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What was making the news in the Newark Advertiser in 1923, 1973 and 1998





The Advertiser has opened its archives to look at what was making the news this week 25, 50 and 100 years ago.

Does it bring back any memories?

25 years ago – October 18, 1998

Chris Grant and Jean Robinson play defendants being quizzed at Newark Magsistrates' Court open day in October 1998.
Chris Grant and Jean Robinson play defendants being quizzed at Newark Magsistrates' Court open day in October 1998.

ABOVE: More than 500 people took up the chance to see inside one of Newark’s oldest institutions when they visited the town’s magistrates’ court during its first open day.

Court number one was packed for each of the four mock courts held throughout the day and the proceedings were punctuated by questions from the public.

Four members of Newark Amateur Operatic Society, including Chris Grant and Jean Robinson (pictured) were recruited to appear as defendants.

• The fight started to save county council-run old people’s homes in Southwell and Bingham from the axe.

Residents and staff from South Muskham Prebend and Old Vicarage brought traffic to a standstill in Southwell town centre with a demonstration against the council’s closure plans.

Pensioners, some of them in wheelchairs, walked or were pushed in single file across the zebra crossing on Church Street, hitting the rush hour traffic.

The demonstration was greeted with cheers from pedestrians and many motorists sounded their horns in support.

• A stretch of road could remain closed for up to three weeks after an unexpected guest paid a surprise visit to the Royal Oak in Collingham High Street.

A heavy goods vehicle crashed into the pub and left its mark in the form of a gaping hole in the pub wall.

• A star of the television comedy The Brittas Empire visited Southwell Leisure Centre to promote its programme of autumn holiday activities.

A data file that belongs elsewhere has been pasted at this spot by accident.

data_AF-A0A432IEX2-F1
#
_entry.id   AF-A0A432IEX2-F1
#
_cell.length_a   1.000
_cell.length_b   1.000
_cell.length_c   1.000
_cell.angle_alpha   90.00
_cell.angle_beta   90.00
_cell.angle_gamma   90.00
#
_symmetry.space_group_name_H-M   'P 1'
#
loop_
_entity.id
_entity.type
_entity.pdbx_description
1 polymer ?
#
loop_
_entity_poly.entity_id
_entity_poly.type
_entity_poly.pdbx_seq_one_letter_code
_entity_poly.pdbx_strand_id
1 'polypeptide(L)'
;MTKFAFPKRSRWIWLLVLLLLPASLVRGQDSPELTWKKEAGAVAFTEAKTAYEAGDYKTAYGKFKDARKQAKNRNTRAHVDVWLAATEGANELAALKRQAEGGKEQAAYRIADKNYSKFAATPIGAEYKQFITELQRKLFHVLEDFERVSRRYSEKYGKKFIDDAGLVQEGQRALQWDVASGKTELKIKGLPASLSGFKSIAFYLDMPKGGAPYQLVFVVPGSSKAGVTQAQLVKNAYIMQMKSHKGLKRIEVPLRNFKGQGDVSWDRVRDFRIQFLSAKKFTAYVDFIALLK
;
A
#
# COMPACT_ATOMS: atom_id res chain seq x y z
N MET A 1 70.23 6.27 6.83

Jill Greenacre, who played Linda in the BBC1 series, sampled some of the range of sporting activities on offer.

• The Princess Royal was in Bingham to see at first hand the work done by the carers and users of the Home Farm Trust.

Princess Anne, who is the trust’s patron, visited its day service resource centre on Long Acre.

50 years – October 20, 1973

Newark Parish Church Harvest Festival from October 1973
Newark Parish Church Harvest Festival from October 1973

ABOVE: Children from Newark Parish Church present their gifts at the church’s harvest festival, which were distributed among elderly people in the town.

• Shoppers in Newark Market Place have the chance to fire questions at a top government minister.

Mr James Prior, leader of the House of Commons, will walk around the town centre to find out what people think about the economy.

• Plans are being laid for renovating Newark Clinton Arms Hotel when the town’s St Mark’s Lane development scheme gets under way.

A spokesman for the owners, Home Brewery Co, said one or two ideas were being discussed by the brewery and admitted one or two bars would be improved.

He would not confirm that the Clinton would become a Berni-type steak house or that it would lose its bedrooms.

• Work has started on a £20,000 scheme to facelift Newark's Robin Hood Hotel.

Eight extra bathrooms are to be provided and a new entrance with canopy is to be built to give access from the carpark at the rear.

There are no plans to close the Sherwood Suite.

• More than 250 Jehovah’s Witnesses from all over England attended a service in Newark to mark the official opening of Kingdom Hall in Parliament Street.

• The 3rds Southwell Scouts are holding a series of money-raising efforts to make £200 to pay for the installation of electricity at their headquarters near the War Memorial recreation ground.

100 years ago – October 17, 1923

• The case of a man who was fined for riding a horse on a footpath, in spite of the fact the road was not safe for the horse, was under discussion at a meeting of Southwell Rural District Council.

The man was fined £1 per horse for leading two horses upon a footpath because the roads were impassible.

• There was a large gathering of spectators on the Magnus Grammar School when the annual charity rugby match for the benefit of Newark Hospital was played between the school and town teams.

Magnus were not up to the strength of their last year’s team, which was, perhaps, the finest team the school ever boasted, but the team fielded again the Town put up a plucky display and gave the seniors some anxious moments.

• The new Ollerton pit is assuming an aspect of considerable activity.

It is expected that within a few weeks sinking operations will be recommenced.

• The YMCA celebrated their joint holding of the Newark League Cup by a social.

The cup has been held for the last six months by Southwell and now the YMCA are to hold it as the final of the cup was unfinished.

• Mr H. Morgan, of Coddington, gave a lecture and exhibition of concology (sea shells) at the Institute.

Mr Morgan, who stood by a table on which was arranged his collection of sea shells, numbering upwards of a thousand, said the object of his lecture was twofold.

Firstly, for recreation and intellectual entertainment, and secondly to help towards the village fund for the increase of the vicar’s stipend.



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